The Dollar Tumbles
Published by Florida Times-Union on September 30, 2007.
It's the type of conversation you have to expect to have when you do business around the world, when you're trading another country's currency for the dollar, a form of money that has lost its long-held luster.
"Hold on, I'm watching the dollar, " Jacksonville businessman Manish Kothari recalls hearing one of his dealers say, only partially joking. "I'll send you payment when it favors me."
With Kothari's company - Prism Lighting - importing its inflatable light system from India and selling it in 22 countries, fluctuations in currency values have a direct impact on the bottom line.
"It has hurt sometimes, " Kothari said. "The euro got more expensive. The Indian rupee went up, so the savings we were having, we lost."
And such drops are leading to more widespread effects. The dollar has been steadily falling for months, making for long days for currency traders and hedge-fund managers. As the U.S. currency hits record lows against the euro and the Canadian dollar, the impact will begin to creep from Wall Street to Main Street, affecting real estate agents, travelers, importers and exporters and consumers in general.
There's as many in-depth explanations for the drop in the dollar's value as there are economists who study the issue, but the various inputs all boil down to one major output: Investors are less optimistic about the future state of the U.S. economy, leading them to feel that other currencies are more secure. The burst of the housing bubble, the still large trade deficit, funding of the wars in Iraq and Afghanistan, low U.S. saving rates - they all factor into a feeling that a stack of euros is more valuable than a stack of dollars.
The cut in interest rates recently announced by the Federal Reserve, for example, cheered financial markets here but led the dollar to slide even further. "Many people read into the Fed reducing interest rates half a point that recession is more likely, " said Mina Baliamoune-Lutz, an economist at the University of North Florida who studies foreign trade. "That leads to speculation."
But what does it mean to consumers?
Broadly speaking, the falling dollar makes foreign goods more expensive for Americans and makes American goods cheaper for buyers in other countries.
Here's an example: Say you want to buy a European widget, which costs 10 euros on the streets of Paris. In 2002, in order to get 10 euros to send to Monsieur Widget Fabricant, you'd have to give your bank $10 (because the two currencies were worth about the same amount). Now, you'd have to fork over around $14, making the real cost of the widget to you higher.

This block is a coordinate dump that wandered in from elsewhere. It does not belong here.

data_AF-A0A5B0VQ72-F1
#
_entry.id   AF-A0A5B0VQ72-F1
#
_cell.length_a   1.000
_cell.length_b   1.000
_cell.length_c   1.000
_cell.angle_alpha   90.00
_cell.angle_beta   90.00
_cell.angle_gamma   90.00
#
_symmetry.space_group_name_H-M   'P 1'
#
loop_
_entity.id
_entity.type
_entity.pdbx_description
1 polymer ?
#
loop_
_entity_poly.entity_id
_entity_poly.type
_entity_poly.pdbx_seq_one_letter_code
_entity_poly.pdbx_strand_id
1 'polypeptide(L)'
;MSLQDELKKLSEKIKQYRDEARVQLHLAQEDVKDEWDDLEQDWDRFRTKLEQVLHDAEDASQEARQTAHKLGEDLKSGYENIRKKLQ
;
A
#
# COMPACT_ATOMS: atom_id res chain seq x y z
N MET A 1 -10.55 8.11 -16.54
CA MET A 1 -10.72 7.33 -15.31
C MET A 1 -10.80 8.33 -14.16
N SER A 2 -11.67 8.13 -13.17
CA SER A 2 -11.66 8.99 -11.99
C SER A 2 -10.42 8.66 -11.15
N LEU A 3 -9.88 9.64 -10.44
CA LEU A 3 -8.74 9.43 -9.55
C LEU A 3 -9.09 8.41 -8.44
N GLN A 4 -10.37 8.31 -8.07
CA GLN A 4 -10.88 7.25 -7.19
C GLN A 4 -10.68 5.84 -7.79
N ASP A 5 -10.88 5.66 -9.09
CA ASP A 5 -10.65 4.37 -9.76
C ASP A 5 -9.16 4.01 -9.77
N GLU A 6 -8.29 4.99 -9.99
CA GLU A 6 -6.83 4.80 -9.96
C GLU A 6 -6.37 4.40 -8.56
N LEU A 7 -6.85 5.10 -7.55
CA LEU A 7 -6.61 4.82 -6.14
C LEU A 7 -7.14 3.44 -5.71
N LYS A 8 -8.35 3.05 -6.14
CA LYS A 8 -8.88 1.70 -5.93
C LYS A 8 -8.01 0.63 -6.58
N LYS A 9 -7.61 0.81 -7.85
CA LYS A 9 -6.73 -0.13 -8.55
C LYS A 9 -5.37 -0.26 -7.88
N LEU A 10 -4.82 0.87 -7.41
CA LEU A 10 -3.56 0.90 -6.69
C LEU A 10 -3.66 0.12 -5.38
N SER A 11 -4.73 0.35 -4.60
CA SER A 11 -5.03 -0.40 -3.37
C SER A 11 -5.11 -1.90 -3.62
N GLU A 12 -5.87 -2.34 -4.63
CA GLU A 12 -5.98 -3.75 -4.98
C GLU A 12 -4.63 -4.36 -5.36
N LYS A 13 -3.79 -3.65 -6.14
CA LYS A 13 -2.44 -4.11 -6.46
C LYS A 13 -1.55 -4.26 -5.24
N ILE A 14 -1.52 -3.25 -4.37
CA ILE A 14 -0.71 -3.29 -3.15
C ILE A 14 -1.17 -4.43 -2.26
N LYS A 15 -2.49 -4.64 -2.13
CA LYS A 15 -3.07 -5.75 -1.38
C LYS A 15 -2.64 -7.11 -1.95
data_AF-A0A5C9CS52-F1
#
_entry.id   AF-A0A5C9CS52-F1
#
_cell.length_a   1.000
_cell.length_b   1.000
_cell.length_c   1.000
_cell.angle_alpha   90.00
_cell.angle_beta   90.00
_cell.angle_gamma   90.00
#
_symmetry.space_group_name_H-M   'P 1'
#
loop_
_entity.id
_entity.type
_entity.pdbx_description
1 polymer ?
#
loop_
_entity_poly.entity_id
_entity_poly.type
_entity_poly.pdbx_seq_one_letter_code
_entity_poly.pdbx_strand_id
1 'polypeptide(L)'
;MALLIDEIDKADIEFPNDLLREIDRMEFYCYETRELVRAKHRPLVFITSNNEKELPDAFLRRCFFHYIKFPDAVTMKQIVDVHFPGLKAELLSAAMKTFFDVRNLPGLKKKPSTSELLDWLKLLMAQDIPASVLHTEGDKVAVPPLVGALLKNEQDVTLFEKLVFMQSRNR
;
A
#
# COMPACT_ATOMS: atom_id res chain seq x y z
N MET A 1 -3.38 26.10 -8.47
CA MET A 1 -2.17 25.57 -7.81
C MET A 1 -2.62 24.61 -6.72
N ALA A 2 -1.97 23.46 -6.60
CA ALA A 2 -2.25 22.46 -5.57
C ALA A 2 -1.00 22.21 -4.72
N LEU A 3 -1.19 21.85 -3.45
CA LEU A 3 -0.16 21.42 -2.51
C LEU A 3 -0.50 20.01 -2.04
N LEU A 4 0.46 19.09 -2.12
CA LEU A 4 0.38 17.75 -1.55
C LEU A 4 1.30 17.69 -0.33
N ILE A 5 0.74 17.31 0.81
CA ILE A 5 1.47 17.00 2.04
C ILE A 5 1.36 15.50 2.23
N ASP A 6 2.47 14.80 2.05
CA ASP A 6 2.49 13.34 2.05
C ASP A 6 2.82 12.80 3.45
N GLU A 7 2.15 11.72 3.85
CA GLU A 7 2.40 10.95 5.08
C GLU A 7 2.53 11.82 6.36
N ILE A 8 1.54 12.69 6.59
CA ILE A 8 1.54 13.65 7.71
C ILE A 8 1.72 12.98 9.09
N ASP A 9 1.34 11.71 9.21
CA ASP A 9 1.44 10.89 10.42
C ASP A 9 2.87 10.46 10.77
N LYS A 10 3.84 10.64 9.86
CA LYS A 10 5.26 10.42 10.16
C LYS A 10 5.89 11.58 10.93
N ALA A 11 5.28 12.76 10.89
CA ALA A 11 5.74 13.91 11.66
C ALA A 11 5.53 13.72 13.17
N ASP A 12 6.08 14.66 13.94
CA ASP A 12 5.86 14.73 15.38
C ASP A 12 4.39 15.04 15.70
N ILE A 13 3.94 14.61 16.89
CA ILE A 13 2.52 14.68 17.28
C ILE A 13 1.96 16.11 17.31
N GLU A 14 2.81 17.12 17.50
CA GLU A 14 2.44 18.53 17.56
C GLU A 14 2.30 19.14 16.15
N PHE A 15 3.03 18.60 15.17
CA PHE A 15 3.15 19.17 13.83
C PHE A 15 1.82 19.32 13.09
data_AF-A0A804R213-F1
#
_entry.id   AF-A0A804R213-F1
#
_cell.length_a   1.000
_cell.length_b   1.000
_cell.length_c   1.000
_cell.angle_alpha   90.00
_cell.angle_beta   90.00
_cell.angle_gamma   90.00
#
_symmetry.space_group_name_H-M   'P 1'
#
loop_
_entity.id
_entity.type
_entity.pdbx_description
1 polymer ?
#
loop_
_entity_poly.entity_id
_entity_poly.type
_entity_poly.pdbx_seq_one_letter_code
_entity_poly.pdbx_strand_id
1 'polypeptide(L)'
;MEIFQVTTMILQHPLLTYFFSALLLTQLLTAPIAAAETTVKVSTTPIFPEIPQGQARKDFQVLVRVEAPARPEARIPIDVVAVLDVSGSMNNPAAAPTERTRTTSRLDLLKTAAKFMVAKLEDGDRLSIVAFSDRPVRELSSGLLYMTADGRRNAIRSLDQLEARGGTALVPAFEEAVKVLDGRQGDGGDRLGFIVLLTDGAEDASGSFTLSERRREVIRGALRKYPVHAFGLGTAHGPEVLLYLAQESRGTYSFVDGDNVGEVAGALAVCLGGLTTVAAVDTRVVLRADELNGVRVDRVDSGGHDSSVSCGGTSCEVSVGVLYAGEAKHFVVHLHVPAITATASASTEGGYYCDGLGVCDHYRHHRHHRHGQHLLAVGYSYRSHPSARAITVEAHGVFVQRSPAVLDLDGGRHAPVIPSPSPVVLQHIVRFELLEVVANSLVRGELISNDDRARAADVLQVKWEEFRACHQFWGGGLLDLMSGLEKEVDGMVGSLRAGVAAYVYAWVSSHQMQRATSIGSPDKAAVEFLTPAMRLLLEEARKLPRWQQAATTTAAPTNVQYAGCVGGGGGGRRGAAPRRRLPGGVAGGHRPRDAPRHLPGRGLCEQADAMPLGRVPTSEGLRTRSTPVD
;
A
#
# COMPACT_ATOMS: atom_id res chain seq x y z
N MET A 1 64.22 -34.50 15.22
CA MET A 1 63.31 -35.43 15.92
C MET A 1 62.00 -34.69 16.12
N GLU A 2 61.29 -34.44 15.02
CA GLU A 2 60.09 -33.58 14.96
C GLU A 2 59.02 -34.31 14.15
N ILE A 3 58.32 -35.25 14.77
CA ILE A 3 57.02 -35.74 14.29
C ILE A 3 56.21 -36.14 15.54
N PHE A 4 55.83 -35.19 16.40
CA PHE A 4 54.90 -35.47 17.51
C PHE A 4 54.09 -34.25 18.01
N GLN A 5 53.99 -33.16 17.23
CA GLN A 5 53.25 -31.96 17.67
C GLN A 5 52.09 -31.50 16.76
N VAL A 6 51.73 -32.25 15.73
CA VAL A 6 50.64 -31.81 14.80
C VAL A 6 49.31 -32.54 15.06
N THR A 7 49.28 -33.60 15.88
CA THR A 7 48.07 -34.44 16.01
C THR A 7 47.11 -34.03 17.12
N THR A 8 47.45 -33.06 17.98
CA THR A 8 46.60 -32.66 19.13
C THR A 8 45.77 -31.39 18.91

A French widget collector, meanwhile, needs to spend only 7 euros to buy the $10 bill he'd have to send an American widget manufacturer, rather than 10 euros he would have spent five years ago, dropping the real cost of the American product.
That can be a boon to Americans looking to sell overseas.
"Every company that's a manufacturer on the First Coast should be looking to export at this point, " said Allen Weber, vice president of the Jacksonville-based Global Trade Institute, a consultant to those interested in foreign trade. "Europeans have been complaining that they're not going to be able to sell as much, but it makes American goods that much more competitive."
Indeed, exporters nationwide have jumped on the opportunity: In June - the latest data available - exports grew faster than imports, jumping by $3.6 billion and narrowing the trade deficit by $200 million.
And the falling dollar helps businesses like Manormor Sotheby's International Real Estate, a Jacksonville-based company that markets property to international clients. Although Jacksonville hasn't yet seen an influx, owner Beverly Brandenburger said, Orlando has.
"The British particularly are wanting to put their pounds over here, " she said. "They're acquiring properties all over Florida. We're hearing rumbling that St. Augustine is becoming a favorite spot."
But Americans haven't yet seen the flip side of that equation. Although many foreign currencies have gotten more expensive, the billions of dollars worth of imports filling our store shelves haven't seen a corresponding jump in prices.
The key reason for that: The currency of China, America's second-largest source of foreign goods (behind Canada), has not fluctuated as much, due in part to governmental policies designed to keep the two currencies near each other. That means that even though the value of the China's yuan has jumped 4.8 percent in the past year, that's nothing compared to the jump in the euro.
It also helps that large U.S. importers have dollar-denominated contracts with foreign suppliers, shielding the U.S. companies from the dollar's drop for the moment.
That, of course, doesn't help individuals looking to buy foreign goods, particularly vacationers who have no choice.
"When Americans go to Europe, they see it, " said Baliamoune-Lutz, who visited Greece and Italy over the summer. "Everyone was complaining about the value of the dollar, " she said, particularly with the exchange rate dropping every day. "By the end of summer, it really got worse."
It's not expected to get better anytime soon. Economists across the board are looking for the value to keep dropping, with Standard & Poor economists recently forecasting that the decline would continue to the end of 2009.
For many businesses, the only answer is to batten down the hatches and ride the currency storms out.
"It's not something I can control, " said Kothari, the international businessman. "I just make sure my products are better and I get my payment on time."
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